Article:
President Trump will stop subsidizing insurance companies – i.e. stop the Treasury from making ‘cost sharing reductions’ (CSRs) that allow the health insurers to reduce premium and deductible costs required to slow down the capsizing of the ACA (aka Obamacare). The CSRs were instituted by Obama’s executive order in 2011 as one of several hastily cobbled together band aids after the ACA predictably started diving for the mud. The problem was that the CSRs are not constitutional, therefore not legal, as subsequently confirmed by a federal court. The President cannot bypass Congress’s power of the purse and start draining the Treasury with EOs at his whim. Obama appealed the ruling while the CSRs continued. Now the Dems are putting Alinsky Allegation into gear and volubly accusing Trump of violating the law which never existed. (I swear, you can’t make this stuff up.) But aided by the lamestream – e.g. NPR’s 12oct17 Weekend Edition – the national Left is screaming outrage to their mini-minded constituents and other lightly read folks, implying that the CSR payments went directly to needy consumers, and that Trump is sabotaging the critical components of the ACA (which the CSR never was), thereby he and the Republicans are the cause of ACA’s catastrophes. (See also Bob Crabb's contribution to the cacophony here.) Instead, President Trump is putting the entire issue back into Congress, which is where it still belongs. (more here)
Socialism is and always has been a sorry and sordid means to organize society, no matter how altruistic its proponents have been at the outset of every attempt ever tried. The Israeli kibbutzim have been a poster child of such attempts. After independence in 1948 the kibbutzim thrived and played an important part in the new nation’s economy. Why? Because they were heavily subsidized with other people’s money and borrowing, and their products were protected by Israel’s high tariff walls. As the world and Israel liberalized and capitalism again became the acknowledged approach to generating wealth and allocating its use, the kibbutzim came on hard times and all the weaknesses of collectivism started showing their true colors. The alternative was to start introducing privatization in profits, products, and property. The first crack was that workers could keep their own wages which represented their individual abilities and skill sets instead of putting them into the public pot to be divided equally among the kibbutzniks. Now Israel is a dynamic country that invites and promotes free enterprise, and trades with the world. Fewer than 13% of Israelis consider themselves to be leftwing, and less than 2% are kibbutzniks. (more here) While the rest of the world develops and grows by incorporating free enterprise and expanding personal liberties, the progressives of America are doing all they can to take us back to the days of failed collective autocracies with their very effective tool of co-opted public education playing at a school district near you.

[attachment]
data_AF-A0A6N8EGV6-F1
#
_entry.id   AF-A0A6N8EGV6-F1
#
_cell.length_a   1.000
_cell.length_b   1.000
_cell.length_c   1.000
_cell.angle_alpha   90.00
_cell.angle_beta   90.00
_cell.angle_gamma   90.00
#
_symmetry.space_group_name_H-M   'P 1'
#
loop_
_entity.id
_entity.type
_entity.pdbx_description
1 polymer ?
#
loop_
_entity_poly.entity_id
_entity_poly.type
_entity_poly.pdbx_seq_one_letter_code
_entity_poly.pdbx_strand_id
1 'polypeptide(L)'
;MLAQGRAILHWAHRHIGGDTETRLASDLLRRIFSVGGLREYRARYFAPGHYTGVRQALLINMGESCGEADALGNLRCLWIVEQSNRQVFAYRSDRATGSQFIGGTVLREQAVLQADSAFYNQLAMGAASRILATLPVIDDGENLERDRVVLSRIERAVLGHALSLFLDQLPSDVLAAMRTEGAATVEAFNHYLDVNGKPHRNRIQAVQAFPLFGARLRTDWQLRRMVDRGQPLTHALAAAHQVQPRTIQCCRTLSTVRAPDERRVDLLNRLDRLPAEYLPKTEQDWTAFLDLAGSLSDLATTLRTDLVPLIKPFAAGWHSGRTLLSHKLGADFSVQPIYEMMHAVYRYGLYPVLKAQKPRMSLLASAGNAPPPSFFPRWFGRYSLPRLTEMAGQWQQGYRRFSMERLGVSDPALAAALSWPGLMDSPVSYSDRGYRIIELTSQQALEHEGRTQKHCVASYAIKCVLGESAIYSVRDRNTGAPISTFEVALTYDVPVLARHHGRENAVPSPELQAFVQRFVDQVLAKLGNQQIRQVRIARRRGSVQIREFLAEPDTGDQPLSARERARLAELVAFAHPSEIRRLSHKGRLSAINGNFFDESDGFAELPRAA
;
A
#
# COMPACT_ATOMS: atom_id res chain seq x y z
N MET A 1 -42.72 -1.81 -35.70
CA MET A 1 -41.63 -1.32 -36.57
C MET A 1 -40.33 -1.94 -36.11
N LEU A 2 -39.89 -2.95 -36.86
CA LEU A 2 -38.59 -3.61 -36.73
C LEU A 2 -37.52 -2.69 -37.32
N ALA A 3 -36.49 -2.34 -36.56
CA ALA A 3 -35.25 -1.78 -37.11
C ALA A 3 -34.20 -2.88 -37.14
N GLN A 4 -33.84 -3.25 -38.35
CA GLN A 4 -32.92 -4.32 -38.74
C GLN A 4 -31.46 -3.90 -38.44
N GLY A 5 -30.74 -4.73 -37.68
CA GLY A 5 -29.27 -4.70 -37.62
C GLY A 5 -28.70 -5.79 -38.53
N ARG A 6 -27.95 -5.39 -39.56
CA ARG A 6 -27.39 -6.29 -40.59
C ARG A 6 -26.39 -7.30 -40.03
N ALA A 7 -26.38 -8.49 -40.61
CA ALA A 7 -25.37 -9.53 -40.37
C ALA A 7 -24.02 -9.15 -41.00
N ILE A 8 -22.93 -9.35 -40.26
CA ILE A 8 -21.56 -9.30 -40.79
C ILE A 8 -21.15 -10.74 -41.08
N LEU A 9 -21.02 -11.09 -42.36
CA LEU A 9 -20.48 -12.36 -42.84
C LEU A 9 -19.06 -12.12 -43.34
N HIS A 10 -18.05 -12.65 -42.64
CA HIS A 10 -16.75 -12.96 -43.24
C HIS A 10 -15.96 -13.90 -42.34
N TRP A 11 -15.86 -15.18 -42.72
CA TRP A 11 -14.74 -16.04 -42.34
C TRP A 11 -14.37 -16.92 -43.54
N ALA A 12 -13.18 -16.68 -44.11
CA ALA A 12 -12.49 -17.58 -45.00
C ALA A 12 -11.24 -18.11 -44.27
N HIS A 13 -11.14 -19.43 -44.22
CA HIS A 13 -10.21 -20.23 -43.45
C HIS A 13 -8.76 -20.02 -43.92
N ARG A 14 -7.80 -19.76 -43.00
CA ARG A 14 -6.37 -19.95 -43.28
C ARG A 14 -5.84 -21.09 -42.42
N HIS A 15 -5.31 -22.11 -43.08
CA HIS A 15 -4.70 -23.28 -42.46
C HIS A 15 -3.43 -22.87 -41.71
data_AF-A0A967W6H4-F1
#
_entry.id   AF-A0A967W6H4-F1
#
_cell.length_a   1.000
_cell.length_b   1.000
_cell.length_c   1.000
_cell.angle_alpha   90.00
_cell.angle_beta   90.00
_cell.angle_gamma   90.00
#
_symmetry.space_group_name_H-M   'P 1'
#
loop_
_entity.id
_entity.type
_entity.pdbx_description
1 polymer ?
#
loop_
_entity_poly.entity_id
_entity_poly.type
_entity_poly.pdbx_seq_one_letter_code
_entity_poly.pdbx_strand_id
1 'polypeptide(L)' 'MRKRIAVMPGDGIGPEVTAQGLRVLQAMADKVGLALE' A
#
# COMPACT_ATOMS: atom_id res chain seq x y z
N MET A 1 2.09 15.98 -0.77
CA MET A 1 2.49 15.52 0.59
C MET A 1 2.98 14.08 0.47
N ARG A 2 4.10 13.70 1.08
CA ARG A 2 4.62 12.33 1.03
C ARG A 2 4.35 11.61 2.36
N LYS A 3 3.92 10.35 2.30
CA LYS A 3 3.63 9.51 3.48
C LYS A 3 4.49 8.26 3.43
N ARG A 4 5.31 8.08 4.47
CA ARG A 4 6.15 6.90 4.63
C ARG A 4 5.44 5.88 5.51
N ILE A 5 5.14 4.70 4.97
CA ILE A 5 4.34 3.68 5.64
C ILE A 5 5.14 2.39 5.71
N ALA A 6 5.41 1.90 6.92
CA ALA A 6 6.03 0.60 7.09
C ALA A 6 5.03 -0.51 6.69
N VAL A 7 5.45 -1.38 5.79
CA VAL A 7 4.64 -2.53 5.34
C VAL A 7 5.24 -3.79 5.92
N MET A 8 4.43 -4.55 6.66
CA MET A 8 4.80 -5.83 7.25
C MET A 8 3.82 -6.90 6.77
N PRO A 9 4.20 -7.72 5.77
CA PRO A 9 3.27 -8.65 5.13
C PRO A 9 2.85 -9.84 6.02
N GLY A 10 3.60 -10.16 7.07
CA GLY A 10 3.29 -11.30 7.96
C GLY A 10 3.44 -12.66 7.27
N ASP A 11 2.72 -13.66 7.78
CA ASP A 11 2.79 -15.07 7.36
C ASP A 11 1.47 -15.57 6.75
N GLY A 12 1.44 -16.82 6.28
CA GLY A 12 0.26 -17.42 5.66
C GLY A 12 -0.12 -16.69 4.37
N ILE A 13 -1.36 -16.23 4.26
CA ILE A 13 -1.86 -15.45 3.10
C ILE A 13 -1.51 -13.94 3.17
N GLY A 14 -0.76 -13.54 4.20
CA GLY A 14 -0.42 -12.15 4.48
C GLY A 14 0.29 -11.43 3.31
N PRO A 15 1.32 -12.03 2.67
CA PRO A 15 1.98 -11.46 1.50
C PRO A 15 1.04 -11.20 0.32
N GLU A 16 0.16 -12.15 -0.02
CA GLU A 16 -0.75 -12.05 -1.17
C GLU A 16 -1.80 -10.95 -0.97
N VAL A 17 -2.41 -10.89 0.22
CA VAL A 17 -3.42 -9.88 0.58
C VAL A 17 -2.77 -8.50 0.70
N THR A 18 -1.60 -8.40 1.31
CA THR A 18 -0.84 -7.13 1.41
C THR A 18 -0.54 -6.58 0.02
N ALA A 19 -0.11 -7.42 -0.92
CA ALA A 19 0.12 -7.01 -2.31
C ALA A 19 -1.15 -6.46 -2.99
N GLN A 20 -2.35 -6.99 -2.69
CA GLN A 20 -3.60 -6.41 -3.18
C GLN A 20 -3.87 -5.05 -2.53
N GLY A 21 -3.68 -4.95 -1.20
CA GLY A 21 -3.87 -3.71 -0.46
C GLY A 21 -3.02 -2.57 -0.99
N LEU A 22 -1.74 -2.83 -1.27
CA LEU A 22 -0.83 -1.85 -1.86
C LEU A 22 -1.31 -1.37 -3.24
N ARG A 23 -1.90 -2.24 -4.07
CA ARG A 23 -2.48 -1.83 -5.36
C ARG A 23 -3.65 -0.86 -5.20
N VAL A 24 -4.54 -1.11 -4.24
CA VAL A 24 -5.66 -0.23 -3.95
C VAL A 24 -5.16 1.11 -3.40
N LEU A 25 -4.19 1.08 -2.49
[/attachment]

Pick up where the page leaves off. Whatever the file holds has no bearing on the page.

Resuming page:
[16oct17 update] Has Israel become more capitalistic while shedding socialist policies in the process? This threatened to become a comment thread on RL Crabb’s blog (here) where Bob celebrated the Israeli state-run healthcare. I threw a bit of water on that celebration which brought in Steve Frisch, our local defender and promoter of everything collectivist. After reprising Israel’s socialistic inception (which is not it dispute), Frisch ends with his piece de resistance –
Under the LIkud rule since 1977 Israel has seen the same rise in income inequality and a narrowng of its middle class, which was growing under the socilaist (sic) labor parties before the rise of the Likud. In addition Israel has one of the highest proportions of debt to revenue in the developed world…meaning they may say they are capitalists, but they sure have a ton of debt. … So although it is popular to parrot the Likud line that Israel has moved from socialism to capitalism, they have not, and their capitalist economic policies have increased debt and reduced economic opportunity. (emphasis mine)
I have no idea how such arguments support or are even relevant to his conclusion that Israel has not seen a major shift from socialism to capitalism, literally along almost every dimension of its enterprise intensive economy. The entire world has witnessed this significant migration in a very visible and prominent nation-state – here is just one report on that from Forbes. But for a real snootful on this change, just google ‘israel from socialism to capitalism’. Meanwhile our local misinformed continue their desperate fabrication of the never-ending glories of socialism.
Europe’s multi-kulti problems compound with Germans joining other EU countries now starting to realize at the grass roots level what their feel-good leadership has done. Towns that openly catered to the Islamic refugees from the Mideast and Africa wonder how they will live together with newcomers who are not joining the workforce, are putting a heavy burden on their welfare programs, degrading community safety, and have no propensity to assimilate with the culture of their new home countries – German towns filled with refugees ask, ‘Who is integrating whom?’. And Austria’s recent election brought two populist parties with anti-immigrant agendas into power and prominence, and will give that country its youngest chancellor, the 31-year-old Sebastian Kurz. In spite of the suppressed news about Europe’s experience with the masses of migrants they have admitted, all of them are beginning to rethink what their uncritically welcoming stance will have on their own citizens and culture. To the extent that our lamestream permits, Americans should pay close attention to what’s happening over there as we debate our own immigration and border control policies. (more here and here) Whoulda thought?